“They’re my everything. They’re my hearts.”
Ms. and Mr. Rice and their granddaughters pack in a lot every summer. They play in almost every splash park across DC, ride all the roller coasters at Six Flags and even escape to Pennsylvania to enjoy even more rides (and chocolate!) at Hershey Park. They’re a tight-knit family, relishing their extra time together while school is out.
Each year, as summer comes to an end and school begins, Ms. Rice likes to carve out time for the girls to focus on love and affirmation. Both have been through a lot, and Ms. Rice knows how important it is for each child to reflect on their strengths and build confidence.
“They’re my everything,” Ms. Rice said. “They’re my hearts.”
The girls, S and V,* are cousins. Ms. Rice took in her older granddaughter S as an infant. Ms. Rice’s daughter faced a mental health crisis shortly after giving birth and couldn’t care for her baby.
Ms. Rice feared an informal custody arrangement wouldn’t provide enough structure for her infant granddaughter and could subject S to a lot of back and forth with emotions so raw.
But she also worried about the alternative: “For a lot of African American families,” she said, “you don’t want to get attorneys and police and the courts involved when raising your grandchildren.” Reaching out to Children’s Law Center was the hardest decision she had to make, but she said she is forever grateful for the attorneys who supported them through the process and for the security the court order provided.
“There is nothing wrong with reaching out for help,” Ms. Rice said. In addition to helping Ms. Rice get custody, Children’s Law Center made sure she could access the District’s grandparent caregiver program which provided critical financial support to raise S.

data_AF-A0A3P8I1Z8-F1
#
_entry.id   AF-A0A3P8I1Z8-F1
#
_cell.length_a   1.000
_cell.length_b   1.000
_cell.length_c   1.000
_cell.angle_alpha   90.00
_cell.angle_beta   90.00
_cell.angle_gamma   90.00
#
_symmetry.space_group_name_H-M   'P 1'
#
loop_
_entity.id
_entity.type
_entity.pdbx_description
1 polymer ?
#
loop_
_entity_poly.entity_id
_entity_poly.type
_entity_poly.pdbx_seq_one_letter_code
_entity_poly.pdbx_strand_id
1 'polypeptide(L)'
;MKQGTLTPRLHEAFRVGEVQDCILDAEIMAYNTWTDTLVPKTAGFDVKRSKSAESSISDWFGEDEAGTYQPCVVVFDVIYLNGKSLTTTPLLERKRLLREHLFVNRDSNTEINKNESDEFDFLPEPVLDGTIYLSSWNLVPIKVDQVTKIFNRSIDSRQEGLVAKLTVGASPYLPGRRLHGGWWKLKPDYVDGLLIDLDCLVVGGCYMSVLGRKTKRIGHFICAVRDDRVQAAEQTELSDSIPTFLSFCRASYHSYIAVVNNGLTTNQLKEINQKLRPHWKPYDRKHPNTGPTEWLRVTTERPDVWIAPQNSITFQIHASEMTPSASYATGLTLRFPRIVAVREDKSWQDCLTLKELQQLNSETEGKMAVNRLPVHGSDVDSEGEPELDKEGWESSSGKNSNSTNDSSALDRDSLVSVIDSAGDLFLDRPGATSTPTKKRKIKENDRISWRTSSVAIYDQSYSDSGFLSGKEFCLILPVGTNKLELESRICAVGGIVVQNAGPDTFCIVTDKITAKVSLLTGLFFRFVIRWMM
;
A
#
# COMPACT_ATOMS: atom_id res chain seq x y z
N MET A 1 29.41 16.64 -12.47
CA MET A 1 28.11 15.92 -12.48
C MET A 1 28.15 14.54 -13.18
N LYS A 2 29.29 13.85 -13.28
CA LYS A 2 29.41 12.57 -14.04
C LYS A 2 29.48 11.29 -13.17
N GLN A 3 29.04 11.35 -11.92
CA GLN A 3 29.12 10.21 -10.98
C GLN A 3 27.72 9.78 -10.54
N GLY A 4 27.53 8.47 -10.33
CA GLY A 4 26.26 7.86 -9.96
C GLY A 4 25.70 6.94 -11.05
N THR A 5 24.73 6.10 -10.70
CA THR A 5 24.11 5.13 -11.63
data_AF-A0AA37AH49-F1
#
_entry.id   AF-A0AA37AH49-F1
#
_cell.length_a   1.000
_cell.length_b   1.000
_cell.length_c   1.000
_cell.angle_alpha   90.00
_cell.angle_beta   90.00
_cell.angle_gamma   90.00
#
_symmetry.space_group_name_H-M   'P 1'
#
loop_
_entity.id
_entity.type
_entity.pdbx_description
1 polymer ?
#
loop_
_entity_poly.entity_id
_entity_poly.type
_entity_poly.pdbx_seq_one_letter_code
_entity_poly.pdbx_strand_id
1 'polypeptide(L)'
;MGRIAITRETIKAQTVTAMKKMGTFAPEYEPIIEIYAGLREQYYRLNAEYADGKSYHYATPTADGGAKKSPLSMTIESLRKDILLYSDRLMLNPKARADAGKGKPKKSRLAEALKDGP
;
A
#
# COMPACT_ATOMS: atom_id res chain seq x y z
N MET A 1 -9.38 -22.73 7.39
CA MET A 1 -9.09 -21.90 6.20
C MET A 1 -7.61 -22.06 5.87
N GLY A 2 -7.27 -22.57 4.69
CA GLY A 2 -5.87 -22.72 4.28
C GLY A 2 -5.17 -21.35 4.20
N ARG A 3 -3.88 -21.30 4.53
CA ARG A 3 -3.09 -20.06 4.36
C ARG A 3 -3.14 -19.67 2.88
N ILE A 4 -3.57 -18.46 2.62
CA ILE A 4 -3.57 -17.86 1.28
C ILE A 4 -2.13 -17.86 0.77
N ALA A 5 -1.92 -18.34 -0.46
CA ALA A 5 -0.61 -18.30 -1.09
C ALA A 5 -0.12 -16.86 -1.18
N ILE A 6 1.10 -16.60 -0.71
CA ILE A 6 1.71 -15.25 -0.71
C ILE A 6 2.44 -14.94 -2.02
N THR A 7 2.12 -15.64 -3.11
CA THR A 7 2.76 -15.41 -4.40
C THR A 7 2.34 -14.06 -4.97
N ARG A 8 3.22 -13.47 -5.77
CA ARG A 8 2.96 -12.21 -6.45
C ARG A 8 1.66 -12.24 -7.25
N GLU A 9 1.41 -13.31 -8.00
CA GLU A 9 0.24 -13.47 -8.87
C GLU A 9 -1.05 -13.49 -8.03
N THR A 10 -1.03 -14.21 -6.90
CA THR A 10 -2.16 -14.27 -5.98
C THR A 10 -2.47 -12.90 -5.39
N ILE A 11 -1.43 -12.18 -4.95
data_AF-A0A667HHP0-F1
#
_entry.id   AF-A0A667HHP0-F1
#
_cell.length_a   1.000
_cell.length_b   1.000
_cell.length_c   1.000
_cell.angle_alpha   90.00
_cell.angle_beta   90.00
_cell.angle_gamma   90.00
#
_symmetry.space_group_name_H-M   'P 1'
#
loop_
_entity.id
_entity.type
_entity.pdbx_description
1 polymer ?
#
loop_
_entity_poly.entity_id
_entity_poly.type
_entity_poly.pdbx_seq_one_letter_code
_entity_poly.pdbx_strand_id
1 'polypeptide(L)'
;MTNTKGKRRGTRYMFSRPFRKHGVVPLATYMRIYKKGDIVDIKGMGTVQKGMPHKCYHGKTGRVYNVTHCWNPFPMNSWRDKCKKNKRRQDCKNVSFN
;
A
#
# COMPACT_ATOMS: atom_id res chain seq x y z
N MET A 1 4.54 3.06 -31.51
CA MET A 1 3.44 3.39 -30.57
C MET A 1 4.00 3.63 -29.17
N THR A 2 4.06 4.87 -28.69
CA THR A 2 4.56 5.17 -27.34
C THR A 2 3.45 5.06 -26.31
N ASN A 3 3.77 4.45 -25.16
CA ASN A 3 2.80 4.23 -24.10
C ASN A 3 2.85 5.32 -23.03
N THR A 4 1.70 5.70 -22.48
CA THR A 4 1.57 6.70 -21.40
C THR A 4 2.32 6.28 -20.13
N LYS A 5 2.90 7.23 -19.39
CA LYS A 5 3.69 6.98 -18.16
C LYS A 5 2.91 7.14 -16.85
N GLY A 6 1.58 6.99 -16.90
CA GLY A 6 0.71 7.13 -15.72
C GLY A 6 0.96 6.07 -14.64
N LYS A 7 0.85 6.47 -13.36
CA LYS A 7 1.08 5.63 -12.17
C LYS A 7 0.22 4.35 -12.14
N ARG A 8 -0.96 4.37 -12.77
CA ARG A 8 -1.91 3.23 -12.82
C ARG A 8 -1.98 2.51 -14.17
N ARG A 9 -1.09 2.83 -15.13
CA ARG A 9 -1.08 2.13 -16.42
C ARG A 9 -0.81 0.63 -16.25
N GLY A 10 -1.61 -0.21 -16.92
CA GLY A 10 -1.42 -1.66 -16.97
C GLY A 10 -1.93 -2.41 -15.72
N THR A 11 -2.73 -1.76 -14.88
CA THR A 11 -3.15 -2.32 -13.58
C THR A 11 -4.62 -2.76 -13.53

V joined the Rices several years later after the start of the pandemic. She’s warm and outgoing but grew up in an environment with domestic violence and severe housing insecurity. She was later diagnosed with PTSD and experienced some speech delays.
Her previous school had implemented an individualized educational plan (“IEP”) to help her succeed in the classroom. When Z moved in with her grandparents, Ms. Rice took her to speech and behavioral therapy every week to support her progress and requested new evaluations from the school to update V’s IEP. But her new local school delayed evaluations and refused to incorporate the supports Z had in her previous school. They told Ms. Rice there was an 8-month waiting list to develop a new IEP.
On top of the lack of educational support at school, V also faced aggressive bullying in her class that the school refused to take seriously. Things got so bad that Ms. Rice considered home schooling V.
But she remembered how helpful Children’s Law Center was with her older granddaughter, so decided to reach out again.
“I knew Children’s Law Center did custody cases and hoped they could point me to the right place for help. But they said they could assist me,” Ms. Rice said. “Once I had my Children’s Law Center attorney, the school started to take things seriously.”
“Ms. and Mr. Rice have done so much for both their granddaughters – and are actively involved in making sure V gets the best education she can,” shared Children’s Law Center attorney Kate Rheaume. “Unfortunately, the school was not prioritizing V’s education and behavioral health needs. We advocated for the school to acknowledge the benefits of the earlier IEP. Thankfully, they agreed.”
Following diligent advocacy from Children’s Law Center and Ms. Rice, the school finally agreed to add speech language therapy into V’s school day.
“We’ve noticed positive changes,” said Ms. Rice. “V isn’t coming home crying as much. Things are changing for the better.”
But Mr. And Ms. Rice’s fight for their granddaughter’s education continues today. The school is still dragging out the process of updating V’s IEP and fully addressing the abuse from her bully. With help from Children’s Law Center, the Rice family secured an independent, non-biased evaluation of V’s needs to push the school to provide the support that will allow V to thrive in the classroom, and we’ll continue working together to ensure the school does everything they can to keep V safe.
Ms. Rice offered this advice to anyone in a similar situation: “Never stop fighting. Never give up.” S and V are starting the new school year knowing that their grandparents will do just that.
*We always provide clients the option to change their name or use initials when sharing their story. Initials for the children have been used at the family’s request. All other details are true.